Literally challenged: the sequel

Bookshelves still awaiting sorting
Bookshelves still awaiting sorting … and reading

Just before Christmas I reposted a Reading Challenge which had appeared in Goodwill Librarian’s Facebook feed. This listed ‘cues’ (as I called them) to help the reader focus on what to read for 2015. Though there were fifty-two of these cues I’d chosen not to interpret them as challenges for each week of the year but as a checklist to see, as I go through the year, if I could roam a little wider than the genres I tend to made a beeline for. We’re now halfway through the first month, so how have I done so far?

I’ve in fact got through three books, and reviewed them — not bad for a rather hectic time in my life. I’ve been surprised how many of the cues I’ve already covered.

Michael Ward’s Planet Narnia: the seven heavens in the imagination of C S Lewis actually covers three categories. First, it’s by an author I’d not read before. Next, as a study of a series of books of fiction it certainly counts as non-fiction. And thirdly it includes a number in the title (in this case, seven).

Chris Westwood’s Ministry of Pandemonium came next. This straddles even more categories: four (or five, if I count it as by an author I’ve not read before). This, I believe, counts as a scary book, though to be honest my heart rate barely went up, even though it featured some rather nasty non-human characters. I chose it based on the cover which intriguingly showed the young hero with a sketchbook in a graveyard, and indubitably it was concerned with magic and the supernatural.

Most recently I read Eva Ibbotson’s Journey to the River Sea and, extraordinarily, this also encompassed four categories (or five, if I count this too as by an author I’d not read before). It’s by a female author (the first of many planned this year), it’s set in a foreign country as well as set somewhere I wanted to visit (when I was a kid, admittedly), and I had bought this book sometime in 2014 (even before it was recommended to me but which I’d forgotten I had) so it counts as a book owned but not read.

It seems then that almost any book I pick up to read is likely to involve several categories, and with any luck one of them will be a cue on the list yet to be ticked off. I suspect however that as the year progresses I’m going to have to seriously consider new titles as stubbornly elusive cues start to escape the net. But so far so good. If any of this helps other readers (such as Kathy Waller), raising their spirits for meeting this challenge, all well and good!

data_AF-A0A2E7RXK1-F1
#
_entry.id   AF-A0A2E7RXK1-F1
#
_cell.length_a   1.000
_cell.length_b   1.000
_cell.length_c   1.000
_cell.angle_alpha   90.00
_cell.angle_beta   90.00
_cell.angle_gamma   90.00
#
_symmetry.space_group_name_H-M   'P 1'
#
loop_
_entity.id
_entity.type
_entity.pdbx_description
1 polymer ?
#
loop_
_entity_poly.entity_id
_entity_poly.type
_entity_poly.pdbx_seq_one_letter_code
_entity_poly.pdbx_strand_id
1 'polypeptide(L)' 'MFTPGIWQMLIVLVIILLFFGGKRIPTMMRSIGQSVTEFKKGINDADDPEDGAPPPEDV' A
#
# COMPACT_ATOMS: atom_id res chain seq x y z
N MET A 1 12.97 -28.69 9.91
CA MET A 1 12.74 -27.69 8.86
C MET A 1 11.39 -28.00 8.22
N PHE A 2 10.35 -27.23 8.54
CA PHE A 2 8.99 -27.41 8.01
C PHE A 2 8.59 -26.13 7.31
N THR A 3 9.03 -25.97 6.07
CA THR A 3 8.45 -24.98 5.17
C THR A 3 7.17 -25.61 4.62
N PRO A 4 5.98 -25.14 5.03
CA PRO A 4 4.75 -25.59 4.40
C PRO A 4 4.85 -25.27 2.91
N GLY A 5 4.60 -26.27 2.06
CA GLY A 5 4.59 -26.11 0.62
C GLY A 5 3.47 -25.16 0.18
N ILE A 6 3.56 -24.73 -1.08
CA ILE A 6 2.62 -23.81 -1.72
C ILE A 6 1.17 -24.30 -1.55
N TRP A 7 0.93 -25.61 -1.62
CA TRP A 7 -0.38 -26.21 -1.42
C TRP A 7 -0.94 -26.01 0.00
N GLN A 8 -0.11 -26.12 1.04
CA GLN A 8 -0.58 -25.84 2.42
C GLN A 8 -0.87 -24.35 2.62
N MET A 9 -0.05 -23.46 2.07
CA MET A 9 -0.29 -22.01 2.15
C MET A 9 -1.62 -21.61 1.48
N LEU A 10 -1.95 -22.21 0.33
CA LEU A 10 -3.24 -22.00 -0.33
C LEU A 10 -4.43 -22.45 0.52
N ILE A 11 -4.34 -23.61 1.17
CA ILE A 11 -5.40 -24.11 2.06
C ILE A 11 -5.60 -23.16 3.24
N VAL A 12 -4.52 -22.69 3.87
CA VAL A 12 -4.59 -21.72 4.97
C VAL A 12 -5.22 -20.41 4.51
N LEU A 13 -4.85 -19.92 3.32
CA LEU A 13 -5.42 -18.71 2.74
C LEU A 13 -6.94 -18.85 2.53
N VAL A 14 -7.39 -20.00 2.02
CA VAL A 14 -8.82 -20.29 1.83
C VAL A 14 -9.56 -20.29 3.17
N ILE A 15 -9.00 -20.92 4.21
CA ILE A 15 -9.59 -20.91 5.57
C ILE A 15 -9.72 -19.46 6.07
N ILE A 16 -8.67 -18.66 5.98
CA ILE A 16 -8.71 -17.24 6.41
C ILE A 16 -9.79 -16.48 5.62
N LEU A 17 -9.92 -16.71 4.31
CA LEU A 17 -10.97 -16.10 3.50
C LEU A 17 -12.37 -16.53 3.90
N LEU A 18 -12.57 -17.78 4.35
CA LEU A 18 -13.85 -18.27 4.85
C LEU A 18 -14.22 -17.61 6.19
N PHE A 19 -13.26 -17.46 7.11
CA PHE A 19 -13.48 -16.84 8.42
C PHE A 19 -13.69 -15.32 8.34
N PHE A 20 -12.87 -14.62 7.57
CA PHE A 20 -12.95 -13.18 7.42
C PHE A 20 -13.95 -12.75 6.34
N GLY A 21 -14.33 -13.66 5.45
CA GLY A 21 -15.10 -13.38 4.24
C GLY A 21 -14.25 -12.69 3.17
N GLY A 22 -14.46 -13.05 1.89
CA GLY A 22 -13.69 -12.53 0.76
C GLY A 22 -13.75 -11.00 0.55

But of course, it’s not really a challenge, just a bit of fun.

9 thoughts on “Literally challenged: the sequel

  1. When I saw your original post I thought it looked a fun idea but i wasn’t sure whether i could carry on my support for indie authors and do the challenge at the same time. I clearly wasn’t thinking laterally enough. Ticking off more than one challenge per book has re-sparked my interest, so I’m going to take part too (and it will fit in with my Goodreads challenge of reading 50 books this year). Thanks for the prompt!

    Liked by 1 person

    1. Yes, Dylan, I thought it’d much more manageable (one of those SMART goals of business-speak) if you don’t limit yourself to just one cue per book, so I’m glad you’re judging the ‘challenge’ helpful and are plannng to use it too! And thanks for the (hateful phrase but it’s vivid) shout out on your blog.


  2. Good for you–inspiring post. Three books read and three reviews written, and not even three weeks into the new year! I think my personal challenge will have to be much more modest– finishing some of the books I’ve started and writing at least one review. Ideally, though, I’d like to be writing reviews of every book I finish that I would recommend to others. Thanks!

    Liked by 1 person

    1. I always feel that you can only do what you can do, Josna, and that it’s not worth setting specific goals that aren’t manageable, attainable, time-constrained and all the rest unless you thrive on undue stress — and I don’t! So maybe if you finish just one book and get to review it this year that’s a plus, and if you manage any more that’s a bonus!

      Liked by 1 person

  3. Pingback: Reading Challenge | Suffolk Scribblings

  4. I am amazed by how many cross categories one book can cover. I think my first pick, “Cell” covered two or three. I am not reading as fast as you are, but I am confident I will meet this challenge by year end.
    Happy reading!


    1. It’d be nice to have a challenge that I/you/one can take in your stride and feel you had a chance to painlessly complete! I’d wish you luck, Sari, but I don’t think it would be needed!


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